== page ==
Don’t worry if I’m a gone awhile. I’m on a mission.
The T-Mobile/MetroPCS merger was wrapped up this week and now the combined company is packing superior retail firepower.
MetroPCS sells on a no-contract and pre-paid basis, which meshes perfectly with T-Mobile’s business model. It was a good fit. T-Mobile gets three things out of the deal: spectrum, which it desperately needs, nine million customers and MetroPCS’s distribution channels. Over the next two or three years, MetroPCS subscribers will be transitioned off of their CDMA phones, and T-Mobile will light up the cleared spectrum with GSM and 4G services.
But T-Mobile is leveraging MetroPCS’s sales channels starting today. Both rely more on pushing product through a wide range of general retail locations than on company-owned or specialty mobile phone stores. That’s the advantage of the no-contract and pre-paid business model. You can toss a phone in your shopping cart while you’re buying socks at Target and head for the check out line. When that’s the only way you sell, you can pump up those channels without worrying about cannibalising your post-pay contract business. That gives T-Mobile a competitive edge over AT&T and Verizon in the retail universe.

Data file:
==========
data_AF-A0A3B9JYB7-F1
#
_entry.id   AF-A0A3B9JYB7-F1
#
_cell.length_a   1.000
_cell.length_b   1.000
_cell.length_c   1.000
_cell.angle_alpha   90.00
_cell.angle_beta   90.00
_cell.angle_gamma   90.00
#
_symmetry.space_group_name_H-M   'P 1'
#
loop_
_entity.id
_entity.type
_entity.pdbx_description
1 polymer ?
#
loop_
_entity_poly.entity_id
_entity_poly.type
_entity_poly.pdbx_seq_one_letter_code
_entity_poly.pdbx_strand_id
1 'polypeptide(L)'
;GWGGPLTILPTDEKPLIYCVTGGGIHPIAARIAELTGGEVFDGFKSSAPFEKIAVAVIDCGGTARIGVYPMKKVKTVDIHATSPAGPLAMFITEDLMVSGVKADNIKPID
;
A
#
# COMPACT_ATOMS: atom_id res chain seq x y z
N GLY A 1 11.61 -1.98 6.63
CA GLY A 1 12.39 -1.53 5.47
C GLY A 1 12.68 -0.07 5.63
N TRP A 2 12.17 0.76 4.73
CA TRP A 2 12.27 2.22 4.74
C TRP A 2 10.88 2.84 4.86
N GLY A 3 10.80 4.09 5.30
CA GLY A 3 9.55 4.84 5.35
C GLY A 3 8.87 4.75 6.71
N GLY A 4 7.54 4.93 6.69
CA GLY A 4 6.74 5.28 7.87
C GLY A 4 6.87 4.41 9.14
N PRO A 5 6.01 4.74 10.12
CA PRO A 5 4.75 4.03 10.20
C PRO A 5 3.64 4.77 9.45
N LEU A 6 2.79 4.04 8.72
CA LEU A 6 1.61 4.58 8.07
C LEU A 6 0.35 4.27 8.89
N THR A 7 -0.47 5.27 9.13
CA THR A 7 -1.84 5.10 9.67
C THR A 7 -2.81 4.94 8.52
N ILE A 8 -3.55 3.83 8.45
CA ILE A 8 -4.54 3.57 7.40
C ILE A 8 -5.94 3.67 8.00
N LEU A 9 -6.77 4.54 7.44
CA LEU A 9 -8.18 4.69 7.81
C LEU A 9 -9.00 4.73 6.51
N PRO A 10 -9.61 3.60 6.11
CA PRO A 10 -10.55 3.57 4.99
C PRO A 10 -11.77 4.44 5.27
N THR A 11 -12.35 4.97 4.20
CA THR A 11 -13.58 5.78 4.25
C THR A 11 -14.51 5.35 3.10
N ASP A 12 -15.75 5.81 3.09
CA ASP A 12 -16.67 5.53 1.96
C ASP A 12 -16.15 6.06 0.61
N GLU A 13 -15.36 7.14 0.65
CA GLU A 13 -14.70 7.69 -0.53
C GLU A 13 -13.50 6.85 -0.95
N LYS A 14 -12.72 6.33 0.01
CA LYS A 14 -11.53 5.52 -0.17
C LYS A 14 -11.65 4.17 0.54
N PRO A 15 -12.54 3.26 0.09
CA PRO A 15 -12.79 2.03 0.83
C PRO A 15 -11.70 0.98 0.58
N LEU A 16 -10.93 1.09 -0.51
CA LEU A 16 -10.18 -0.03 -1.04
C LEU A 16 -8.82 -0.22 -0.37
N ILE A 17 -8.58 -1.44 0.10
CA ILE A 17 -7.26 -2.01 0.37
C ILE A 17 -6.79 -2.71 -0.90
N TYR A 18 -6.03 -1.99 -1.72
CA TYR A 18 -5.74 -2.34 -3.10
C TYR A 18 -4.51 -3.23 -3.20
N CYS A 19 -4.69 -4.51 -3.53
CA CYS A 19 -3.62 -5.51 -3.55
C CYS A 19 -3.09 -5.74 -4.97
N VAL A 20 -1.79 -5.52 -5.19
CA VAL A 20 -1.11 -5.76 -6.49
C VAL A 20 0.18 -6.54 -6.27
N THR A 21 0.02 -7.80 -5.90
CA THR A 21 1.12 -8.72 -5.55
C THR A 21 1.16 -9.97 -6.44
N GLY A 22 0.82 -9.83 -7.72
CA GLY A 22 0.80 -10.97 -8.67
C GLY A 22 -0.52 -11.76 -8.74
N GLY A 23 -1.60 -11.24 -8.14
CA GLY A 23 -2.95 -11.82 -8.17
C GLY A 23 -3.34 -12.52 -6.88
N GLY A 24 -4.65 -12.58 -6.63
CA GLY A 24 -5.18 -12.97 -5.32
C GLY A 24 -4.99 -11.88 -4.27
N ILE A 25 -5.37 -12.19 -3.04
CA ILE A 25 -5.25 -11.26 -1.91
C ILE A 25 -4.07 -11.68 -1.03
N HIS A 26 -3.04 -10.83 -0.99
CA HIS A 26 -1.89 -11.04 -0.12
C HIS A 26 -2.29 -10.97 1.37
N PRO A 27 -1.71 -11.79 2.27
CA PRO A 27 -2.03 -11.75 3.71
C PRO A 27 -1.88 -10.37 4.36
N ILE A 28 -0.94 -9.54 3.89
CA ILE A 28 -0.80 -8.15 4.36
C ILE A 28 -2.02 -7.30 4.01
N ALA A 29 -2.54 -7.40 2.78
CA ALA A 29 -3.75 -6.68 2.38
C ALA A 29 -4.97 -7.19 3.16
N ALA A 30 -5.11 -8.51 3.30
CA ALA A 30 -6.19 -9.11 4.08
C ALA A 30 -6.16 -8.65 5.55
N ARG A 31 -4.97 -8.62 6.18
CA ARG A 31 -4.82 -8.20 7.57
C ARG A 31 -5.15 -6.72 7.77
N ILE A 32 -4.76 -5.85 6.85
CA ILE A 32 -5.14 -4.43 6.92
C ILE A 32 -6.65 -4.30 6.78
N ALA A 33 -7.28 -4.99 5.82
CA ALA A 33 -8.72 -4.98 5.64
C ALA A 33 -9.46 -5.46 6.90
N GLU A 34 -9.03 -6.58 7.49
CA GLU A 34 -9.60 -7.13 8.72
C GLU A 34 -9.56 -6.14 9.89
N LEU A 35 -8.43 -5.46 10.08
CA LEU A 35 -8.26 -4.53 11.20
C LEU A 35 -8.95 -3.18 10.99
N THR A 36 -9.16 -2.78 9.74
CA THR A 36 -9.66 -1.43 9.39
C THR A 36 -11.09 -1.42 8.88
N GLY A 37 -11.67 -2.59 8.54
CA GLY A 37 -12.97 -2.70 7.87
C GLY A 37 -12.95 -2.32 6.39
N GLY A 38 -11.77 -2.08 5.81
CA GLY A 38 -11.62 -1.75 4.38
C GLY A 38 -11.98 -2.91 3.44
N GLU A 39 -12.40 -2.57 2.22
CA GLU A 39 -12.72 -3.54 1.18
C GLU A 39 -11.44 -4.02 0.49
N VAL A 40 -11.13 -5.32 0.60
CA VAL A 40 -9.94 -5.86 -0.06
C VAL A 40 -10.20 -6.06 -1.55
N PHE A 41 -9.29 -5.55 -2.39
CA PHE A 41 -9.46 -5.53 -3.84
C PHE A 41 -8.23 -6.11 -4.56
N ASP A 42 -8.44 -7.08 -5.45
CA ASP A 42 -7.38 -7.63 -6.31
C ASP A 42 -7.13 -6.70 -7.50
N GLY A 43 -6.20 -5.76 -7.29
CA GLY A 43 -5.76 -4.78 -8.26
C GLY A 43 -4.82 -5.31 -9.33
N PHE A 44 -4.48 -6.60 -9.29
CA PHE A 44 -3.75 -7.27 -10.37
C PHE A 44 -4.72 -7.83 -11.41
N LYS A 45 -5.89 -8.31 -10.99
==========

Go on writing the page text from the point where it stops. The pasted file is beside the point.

Not having to compete with MetroPCS for shelf space is another instant advantage. Consumer market retailers want a product that explains itself – try getting a mobile phone question answered at Walmart – and moves quickly from the shelf to the shopping cart. Acquiring a major competitor for shelf space simplifies T-Mobile’s sales pitch to retailers.
I’m expecting to see more T-Mobile product at retail points-of-sale and more white label services. T-Mobile just dropped the price of the Walmart Family Mobile package – unlimited talk, text and data – from $45 to $40 a month. That’s a rocking good deal and a declaration of war for domination of check out lines everywhere.